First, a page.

Public Art Collection

MIT’s noted public art, which may be enjoyed by MIT denizens and visitors alike, began to take shape in 1961 when Mr. and Mrs Samuel A. Marx commissioned MIT’s first outdoor sculpture, Dimitri Hadzi’s bronze Elmo (MIT). This work inspired many subsequent gifts that have furnished MIT with numerous outstanding examples of work by major artists.

 

 

There are 
numerous ways 
to learn about 
the MIT Public 
Art Collection...


Browse the MIT Public 
Art Collection database

 

Browse our interactive
map of the MIT campus
Flash player required

 

Hear directly from

artists and experts
about specific artworks

 

Book a guided tour 
of the collection

     

 

 

Sol LeWitt's, Bars of Color within Squares. 
Photo courtesy of George Bouret

 

 

       
 

In 1963, funds given by Mr. and Mrs. Eugene McDermott made possible the commission of MIT’s signature sculpture, Alexander Calder’s La Grande Voile (The Big Sail), the centerpiece of McDermott court. Additional gifts, loans, and purchases have expanded the collection over the years. It is international in scope, and contains works in a wide variety of materials and techniques.

 

Several major bronzes by Jacques Lipchitz, given by the artist’s wife, Yulla Lipchitz, are located in the Hayden Library courtyard. Among the works that grace the campus of the Sloan School are a rare cast concrete sculpture by Pablo Picasso, a steel sculpture by Bernar Venet, and a painted metal wall relief by Frank Stella. Michael Heizer’s geometric stone sculptureGuennette at Killian Court is on long-term loan from the Metropolitan Museum of Art in New York. Other notable gifts include Jennifer Bartlett’s enameled steel painting Overhill Road, Shawnee Mission (1977), located in the Warehouse graduate residence (Building NW 30), and two large bronze reclining figures by Henry Moore, one located in Killian Court, and the other at the Wiesner Building (Building E15) plaza.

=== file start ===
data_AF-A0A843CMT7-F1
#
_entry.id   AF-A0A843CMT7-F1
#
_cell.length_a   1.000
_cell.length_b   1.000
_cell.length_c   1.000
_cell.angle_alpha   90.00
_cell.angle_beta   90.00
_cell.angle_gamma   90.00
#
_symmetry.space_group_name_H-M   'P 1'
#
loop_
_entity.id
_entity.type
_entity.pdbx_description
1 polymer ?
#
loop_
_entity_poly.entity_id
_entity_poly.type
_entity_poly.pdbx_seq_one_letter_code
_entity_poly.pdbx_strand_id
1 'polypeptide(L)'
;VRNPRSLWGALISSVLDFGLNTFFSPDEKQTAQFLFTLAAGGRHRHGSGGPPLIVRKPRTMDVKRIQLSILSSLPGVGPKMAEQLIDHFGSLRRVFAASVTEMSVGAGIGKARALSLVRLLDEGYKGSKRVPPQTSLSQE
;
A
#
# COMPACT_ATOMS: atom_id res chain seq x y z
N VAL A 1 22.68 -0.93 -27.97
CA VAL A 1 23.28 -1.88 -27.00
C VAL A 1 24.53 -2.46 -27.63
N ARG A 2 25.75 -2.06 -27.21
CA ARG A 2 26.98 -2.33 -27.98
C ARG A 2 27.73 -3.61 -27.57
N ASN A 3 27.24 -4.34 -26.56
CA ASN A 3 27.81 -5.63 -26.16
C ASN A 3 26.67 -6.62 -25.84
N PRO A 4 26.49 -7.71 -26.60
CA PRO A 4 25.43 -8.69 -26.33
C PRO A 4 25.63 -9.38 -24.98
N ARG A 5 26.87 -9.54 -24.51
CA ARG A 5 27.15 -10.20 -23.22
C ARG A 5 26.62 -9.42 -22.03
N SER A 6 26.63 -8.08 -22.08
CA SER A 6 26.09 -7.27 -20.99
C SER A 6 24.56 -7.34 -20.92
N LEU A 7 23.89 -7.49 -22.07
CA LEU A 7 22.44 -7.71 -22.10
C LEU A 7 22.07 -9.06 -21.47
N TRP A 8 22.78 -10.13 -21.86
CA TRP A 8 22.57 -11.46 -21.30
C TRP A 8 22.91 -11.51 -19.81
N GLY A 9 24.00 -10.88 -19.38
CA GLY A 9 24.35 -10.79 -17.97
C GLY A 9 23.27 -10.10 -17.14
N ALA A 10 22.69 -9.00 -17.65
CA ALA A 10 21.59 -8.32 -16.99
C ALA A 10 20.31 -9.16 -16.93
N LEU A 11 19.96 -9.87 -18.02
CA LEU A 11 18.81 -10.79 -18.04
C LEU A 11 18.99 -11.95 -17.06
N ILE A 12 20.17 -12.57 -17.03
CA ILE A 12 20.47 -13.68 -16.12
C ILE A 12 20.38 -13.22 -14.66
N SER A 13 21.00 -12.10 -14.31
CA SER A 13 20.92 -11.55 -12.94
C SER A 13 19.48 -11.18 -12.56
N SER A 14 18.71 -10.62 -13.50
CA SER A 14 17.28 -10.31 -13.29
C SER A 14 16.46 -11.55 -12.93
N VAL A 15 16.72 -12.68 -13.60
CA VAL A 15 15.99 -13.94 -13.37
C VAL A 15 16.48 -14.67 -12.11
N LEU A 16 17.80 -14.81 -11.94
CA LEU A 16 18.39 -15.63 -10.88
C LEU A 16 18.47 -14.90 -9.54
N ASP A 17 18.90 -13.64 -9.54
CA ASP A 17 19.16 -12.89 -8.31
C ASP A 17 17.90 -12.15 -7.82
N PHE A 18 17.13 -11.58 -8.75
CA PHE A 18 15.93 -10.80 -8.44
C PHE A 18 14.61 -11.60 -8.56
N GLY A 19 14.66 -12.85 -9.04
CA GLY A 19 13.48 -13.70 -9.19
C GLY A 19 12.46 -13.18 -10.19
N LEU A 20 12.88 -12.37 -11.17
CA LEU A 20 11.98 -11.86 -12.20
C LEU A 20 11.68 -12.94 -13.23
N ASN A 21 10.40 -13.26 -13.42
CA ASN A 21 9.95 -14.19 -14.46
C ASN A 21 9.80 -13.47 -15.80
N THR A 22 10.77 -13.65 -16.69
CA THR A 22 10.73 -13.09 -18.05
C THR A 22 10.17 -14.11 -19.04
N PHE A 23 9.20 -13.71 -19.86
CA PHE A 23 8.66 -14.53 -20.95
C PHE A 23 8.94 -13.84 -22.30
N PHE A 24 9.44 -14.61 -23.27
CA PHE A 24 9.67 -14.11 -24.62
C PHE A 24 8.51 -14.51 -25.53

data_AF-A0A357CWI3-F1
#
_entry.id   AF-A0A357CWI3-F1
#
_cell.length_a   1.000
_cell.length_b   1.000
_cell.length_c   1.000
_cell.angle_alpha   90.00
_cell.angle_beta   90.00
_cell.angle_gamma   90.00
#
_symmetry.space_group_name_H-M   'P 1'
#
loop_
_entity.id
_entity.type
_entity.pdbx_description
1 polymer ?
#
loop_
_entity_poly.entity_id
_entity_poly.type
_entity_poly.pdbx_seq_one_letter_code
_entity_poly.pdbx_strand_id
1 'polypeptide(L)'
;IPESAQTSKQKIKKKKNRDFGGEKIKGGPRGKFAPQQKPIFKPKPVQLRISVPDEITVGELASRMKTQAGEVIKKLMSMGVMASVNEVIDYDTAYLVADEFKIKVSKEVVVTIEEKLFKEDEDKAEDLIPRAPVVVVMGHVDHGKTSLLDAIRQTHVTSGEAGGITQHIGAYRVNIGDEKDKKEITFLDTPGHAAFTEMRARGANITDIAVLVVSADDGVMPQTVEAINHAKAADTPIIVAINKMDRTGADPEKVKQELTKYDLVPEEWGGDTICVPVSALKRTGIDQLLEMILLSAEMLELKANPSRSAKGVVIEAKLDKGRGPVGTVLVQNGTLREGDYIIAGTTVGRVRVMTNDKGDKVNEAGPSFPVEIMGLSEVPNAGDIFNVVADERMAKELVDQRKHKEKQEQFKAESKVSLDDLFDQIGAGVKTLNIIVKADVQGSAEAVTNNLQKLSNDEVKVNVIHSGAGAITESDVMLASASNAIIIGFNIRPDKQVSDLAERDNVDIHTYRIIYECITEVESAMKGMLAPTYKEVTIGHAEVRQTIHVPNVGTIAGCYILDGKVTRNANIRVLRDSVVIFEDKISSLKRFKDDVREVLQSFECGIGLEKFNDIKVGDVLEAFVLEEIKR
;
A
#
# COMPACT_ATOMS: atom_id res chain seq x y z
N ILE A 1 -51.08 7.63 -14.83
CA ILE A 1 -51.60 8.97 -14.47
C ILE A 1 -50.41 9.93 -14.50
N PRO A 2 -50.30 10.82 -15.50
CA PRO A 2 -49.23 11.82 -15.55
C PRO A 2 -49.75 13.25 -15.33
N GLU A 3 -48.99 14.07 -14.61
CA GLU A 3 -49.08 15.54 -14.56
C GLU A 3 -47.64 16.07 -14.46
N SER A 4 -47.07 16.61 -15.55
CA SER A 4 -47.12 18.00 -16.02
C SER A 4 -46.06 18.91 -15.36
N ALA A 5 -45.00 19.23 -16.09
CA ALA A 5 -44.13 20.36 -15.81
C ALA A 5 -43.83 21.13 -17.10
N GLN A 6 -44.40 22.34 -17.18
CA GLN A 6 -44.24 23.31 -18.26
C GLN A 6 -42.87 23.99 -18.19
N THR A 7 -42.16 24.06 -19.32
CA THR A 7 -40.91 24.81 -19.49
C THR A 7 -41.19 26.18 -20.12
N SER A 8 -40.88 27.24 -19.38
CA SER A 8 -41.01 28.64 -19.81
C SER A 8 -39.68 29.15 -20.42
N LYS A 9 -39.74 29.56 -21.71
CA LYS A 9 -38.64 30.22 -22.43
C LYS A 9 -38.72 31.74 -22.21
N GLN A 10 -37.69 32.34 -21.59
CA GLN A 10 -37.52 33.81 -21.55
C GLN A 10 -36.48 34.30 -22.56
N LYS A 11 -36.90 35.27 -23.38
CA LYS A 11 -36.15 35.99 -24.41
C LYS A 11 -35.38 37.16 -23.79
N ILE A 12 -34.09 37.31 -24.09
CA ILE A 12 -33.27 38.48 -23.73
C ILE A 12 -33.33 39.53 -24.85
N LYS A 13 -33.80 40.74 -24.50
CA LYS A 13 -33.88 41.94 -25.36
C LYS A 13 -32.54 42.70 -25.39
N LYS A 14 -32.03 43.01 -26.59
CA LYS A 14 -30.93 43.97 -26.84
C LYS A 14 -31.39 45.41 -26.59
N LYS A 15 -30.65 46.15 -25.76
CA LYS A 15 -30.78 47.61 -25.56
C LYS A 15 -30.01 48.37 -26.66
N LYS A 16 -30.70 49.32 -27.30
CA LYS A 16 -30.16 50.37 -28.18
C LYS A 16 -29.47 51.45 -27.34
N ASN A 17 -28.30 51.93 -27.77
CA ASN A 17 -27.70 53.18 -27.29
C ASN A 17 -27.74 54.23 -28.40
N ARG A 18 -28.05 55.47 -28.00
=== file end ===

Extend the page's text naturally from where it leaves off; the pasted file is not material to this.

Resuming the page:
Percent for Art Program

Commissions through MIT’s Percent-for-Art program, many of which are accessible to the public, also enrich MIT’s Public Art Collection. Percent-for-Art commissions include Matthew Ritchie’s three-part installation in the Zesiger Sports and Fitness Center and Sol LeWitt’s polychrome terrazzo floor in the new Green Center for Physics (Building 6C), and Sarah Sze’s sculpture for the façade and lounges at Sidney-Pacific residence), among many others.
 

 

Mark di Suvero in front
of Aesop's Fables, II


 

Public Art

Commissions

Download brochures
documenting recent 
Public Art Commissions
on the MIT Campus

 

Dan Graham

Yin/Yang Pavilion

 

Mark di Suvero

Aesop's Fables, II

 

Matthew Ritchie

Games of Chance and Skill

 

Jorge Pardo

Untitled

 

Sarah Sze

Blue Poles

 

Sol LeWitt

Bars of Color Within Squares

 

Richard Fleischner

Lower Courtyard

 

Cai Guo-Qiang

Ring Stone

 

Martin Boyce

Through Layers and Leaves (Closer and Closer)

 

Anish Kapoor

Non-Object (Plane)